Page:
The next days would be agony.  Due to the effects of a long day of intense anesthesia, and the pain medications, my dad would be quite delirious and aggressive at times.   We'd have to constantly tweak the meds with his doctors and he would need to be restrained to avoid pulling out his wires (and would eventually pull out a surgery draining tube).   Glassy eyed from morphine, he would say "Sis, they think I'm looney.  Help me get out of here!" and beg me constantly to help him escape.  It was like Groundhog's day, and I'd never be able to count how many times I would have to reassure him that he was safe. I never dreamed the stress of that part of our journey, of letting the nurses care for him as we left for the night and trust them when they promised he'd never remember any of it.

I would have never dreamed the pain he would experience post surgery, the balance of a tough man refusing pain meds and us explaining that the chase of pain would never be won if he didn't give in and take them.  I would never know the precious comfort of spending 7-8 hours a day with him, watching TV shows and walking him down the hall for walks and helping him into the bathroom.  The precious gift of time I'd know to just sit there while he slept.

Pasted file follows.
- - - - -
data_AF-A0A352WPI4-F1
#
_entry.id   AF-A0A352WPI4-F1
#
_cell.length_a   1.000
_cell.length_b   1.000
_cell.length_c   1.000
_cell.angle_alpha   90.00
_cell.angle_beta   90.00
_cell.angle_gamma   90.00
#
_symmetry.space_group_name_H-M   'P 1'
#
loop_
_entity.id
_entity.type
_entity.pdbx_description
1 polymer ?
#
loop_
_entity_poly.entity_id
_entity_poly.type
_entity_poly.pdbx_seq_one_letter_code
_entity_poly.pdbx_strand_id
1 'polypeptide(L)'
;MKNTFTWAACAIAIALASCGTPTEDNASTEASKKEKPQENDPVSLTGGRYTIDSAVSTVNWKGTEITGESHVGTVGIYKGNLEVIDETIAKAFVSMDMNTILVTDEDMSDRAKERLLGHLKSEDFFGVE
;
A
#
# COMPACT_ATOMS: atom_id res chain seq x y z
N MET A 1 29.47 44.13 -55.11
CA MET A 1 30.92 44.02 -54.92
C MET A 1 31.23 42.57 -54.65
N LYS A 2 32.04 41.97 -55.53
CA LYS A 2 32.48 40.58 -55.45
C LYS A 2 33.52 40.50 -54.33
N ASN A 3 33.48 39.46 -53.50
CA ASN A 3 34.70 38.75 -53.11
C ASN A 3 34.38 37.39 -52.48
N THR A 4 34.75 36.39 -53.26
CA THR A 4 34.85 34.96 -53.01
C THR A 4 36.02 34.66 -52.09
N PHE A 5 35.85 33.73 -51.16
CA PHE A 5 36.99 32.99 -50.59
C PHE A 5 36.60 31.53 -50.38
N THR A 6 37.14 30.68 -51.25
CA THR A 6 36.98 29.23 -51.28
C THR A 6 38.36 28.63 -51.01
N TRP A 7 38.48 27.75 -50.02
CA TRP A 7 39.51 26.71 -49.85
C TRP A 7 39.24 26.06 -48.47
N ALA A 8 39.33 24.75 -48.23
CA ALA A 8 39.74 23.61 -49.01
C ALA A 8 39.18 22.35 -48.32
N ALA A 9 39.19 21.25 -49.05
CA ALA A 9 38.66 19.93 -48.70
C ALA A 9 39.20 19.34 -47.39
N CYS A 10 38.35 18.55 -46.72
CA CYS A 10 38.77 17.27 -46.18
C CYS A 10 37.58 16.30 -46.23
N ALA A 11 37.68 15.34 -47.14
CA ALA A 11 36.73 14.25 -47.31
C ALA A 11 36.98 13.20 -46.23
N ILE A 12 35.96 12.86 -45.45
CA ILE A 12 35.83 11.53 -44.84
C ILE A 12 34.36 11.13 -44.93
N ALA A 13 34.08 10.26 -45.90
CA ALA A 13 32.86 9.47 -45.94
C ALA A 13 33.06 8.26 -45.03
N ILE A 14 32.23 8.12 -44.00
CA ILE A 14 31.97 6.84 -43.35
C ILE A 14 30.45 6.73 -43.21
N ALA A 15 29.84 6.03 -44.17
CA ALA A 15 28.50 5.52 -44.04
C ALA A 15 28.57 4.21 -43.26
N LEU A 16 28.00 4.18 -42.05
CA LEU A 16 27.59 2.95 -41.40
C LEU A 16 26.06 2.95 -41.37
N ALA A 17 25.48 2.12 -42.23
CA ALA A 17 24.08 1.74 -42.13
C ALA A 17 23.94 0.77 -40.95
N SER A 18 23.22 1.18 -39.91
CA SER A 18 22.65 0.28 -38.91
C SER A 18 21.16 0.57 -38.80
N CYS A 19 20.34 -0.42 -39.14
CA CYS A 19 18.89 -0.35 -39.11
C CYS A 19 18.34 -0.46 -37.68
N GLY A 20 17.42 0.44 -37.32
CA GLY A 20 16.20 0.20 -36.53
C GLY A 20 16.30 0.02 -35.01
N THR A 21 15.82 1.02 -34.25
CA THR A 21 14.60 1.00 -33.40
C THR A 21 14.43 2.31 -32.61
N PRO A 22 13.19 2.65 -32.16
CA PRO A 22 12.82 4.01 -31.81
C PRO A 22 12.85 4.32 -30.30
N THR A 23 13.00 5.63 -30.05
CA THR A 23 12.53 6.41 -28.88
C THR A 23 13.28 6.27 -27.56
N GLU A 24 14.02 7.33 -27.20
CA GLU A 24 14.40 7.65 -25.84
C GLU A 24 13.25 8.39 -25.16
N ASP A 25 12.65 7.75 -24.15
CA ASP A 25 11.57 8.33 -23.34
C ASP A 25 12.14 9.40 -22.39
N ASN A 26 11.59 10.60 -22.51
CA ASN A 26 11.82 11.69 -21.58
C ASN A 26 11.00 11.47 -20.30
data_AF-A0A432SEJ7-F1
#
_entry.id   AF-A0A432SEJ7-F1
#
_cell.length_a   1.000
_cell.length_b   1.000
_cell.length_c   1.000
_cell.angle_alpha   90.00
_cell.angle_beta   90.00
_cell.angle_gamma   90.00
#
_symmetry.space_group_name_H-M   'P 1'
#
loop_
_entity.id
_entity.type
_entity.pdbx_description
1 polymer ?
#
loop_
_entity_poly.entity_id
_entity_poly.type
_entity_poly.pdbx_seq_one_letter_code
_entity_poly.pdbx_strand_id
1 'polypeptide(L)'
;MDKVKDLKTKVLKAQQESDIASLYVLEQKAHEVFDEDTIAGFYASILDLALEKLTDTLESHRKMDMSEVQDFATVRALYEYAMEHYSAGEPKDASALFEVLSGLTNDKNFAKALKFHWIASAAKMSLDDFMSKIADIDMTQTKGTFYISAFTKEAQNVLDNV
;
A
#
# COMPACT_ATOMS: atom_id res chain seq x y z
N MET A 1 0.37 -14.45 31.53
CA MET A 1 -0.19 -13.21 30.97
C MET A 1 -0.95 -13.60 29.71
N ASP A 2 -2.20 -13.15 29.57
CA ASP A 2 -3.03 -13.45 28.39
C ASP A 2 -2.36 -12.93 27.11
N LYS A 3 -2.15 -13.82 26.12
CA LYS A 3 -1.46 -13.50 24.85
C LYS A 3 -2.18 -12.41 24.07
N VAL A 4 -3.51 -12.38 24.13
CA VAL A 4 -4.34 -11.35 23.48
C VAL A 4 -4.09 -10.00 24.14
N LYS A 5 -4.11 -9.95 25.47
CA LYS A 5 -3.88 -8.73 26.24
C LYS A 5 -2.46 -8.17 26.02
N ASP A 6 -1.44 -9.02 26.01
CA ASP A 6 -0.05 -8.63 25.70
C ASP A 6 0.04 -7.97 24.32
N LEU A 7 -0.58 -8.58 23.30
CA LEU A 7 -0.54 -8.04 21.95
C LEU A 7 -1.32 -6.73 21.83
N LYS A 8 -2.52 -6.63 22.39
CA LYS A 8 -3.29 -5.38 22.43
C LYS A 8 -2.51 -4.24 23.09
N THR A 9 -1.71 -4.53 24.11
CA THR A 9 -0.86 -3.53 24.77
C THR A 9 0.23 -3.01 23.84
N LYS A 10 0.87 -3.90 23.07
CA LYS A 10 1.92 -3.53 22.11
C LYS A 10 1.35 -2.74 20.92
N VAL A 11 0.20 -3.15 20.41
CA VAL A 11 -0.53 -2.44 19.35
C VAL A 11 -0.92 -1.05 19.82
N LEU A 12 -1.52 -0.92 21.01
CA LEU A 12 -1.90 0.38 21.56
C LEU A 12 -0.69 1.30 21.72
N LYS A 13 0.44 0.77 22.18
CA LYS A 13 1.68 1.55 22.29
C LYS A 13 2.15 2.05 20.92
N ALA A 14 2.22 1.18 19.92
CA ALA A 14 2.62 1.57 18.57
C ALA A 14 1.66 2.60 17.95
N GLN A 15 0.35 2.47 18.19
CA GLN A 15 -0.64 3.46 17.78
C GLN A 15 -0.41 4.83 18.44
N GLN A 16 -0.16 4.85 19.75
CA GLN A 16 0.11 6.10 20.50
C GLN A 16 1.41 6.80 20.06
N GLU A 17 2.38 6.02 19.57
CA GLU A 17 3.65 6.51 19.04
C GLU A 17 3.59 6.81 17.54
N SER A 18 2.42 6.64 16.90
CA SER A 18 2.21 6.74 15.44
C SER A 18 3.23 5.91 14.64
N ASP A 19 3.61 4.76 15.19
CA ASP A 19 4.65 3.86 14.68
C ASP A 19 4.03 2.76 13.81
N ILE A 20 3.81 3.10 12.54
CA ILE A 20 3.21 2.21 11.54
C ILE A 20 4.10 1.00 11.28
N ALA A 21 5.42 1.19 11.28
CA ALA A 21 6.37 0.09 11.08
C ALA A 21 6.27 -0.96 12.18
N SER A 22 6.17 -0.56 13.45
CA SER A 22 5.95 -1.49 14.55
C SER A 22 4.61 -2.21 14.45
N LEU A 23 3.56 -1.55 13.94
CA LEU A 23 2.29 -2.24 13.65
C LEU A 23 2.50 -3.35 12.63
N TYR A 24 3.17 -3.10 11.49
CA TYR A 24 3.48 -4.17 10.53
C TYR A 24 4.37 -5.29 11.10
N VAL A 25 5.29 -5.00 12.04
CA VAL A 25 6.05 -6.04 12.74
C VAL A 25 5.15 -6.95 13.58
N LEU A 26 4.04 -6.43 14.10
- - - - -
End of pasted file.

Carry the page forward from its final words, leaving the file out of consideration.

I would have never known the joy I saw when 2 months later I came home and he was tinkering in the garage again, albeit short rounds of tinkering interspersed with many more hours of rest.  I'd never know the agony of calling everyday to hear that his pain was returning, chemo was too difficult, and the worry I felt at the scan results.  I would never have expected the frustration I felt at doctors that seemed to shrug off his returning pain, and keep reminding us "we got the cancer" despite the positive lymph nodes and our constant prodding to do something.

My birthday would be horrible this year too, as I would learn the cancer was back that same day.  I wouldn't have expected that while giving my child a bath I would take the second call of this horrible kind and would again retreat to my bed to cry and pray.

So as I begin the year of cancer anniversaries, I am thankful for what I didn't know.  I am so very grateful for what God kept from me, for what was revealed only in small increments through time.  For if I had known then what I know now, I am certain I would have died along with my Dad.  I would have given up long before he did, and never left my bed.